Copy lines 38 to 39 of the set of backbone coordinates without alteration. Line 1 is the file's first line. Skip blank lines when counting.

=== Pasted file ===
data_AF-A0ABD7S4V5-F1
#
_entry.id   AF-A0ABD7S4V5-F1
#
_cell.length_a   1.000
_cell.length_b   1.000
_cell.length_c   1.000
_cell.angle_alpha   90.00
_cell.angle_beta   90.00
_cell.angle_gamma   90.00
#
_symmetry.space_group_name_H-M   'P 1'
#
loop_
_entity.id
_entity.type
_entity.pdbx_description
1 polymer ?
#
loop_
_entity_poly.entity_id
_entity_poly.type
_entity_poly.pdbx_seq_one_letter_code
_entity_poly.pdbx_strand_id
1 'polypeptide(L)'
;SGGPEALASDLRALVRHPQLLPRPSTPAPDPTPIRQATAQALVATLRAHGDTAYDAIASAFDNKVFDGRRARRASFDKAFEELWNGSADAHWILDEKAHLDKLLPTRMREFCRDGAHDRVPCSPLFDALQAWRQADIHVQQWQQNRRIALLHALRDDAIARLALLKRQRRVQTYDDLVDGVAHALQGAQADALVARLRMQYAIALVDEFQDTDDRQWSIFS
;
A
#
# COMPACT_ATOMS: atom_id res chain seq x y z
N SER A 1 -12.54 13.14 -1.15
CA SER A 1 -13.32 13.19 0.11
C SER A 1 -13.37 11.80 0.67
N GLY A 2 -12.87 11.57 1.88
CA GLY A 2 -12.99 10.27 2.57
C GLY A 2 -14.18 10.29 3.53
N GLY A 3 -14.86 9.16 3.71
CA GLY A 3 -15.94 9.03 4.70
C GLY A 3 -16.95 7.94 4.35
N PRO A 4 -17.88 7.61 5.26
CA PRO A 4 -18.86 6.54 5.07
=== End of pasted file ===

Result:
CA GLY A 3 -15.94 9.03 4.70
C GLY A 3 -16.95 7.94 4.35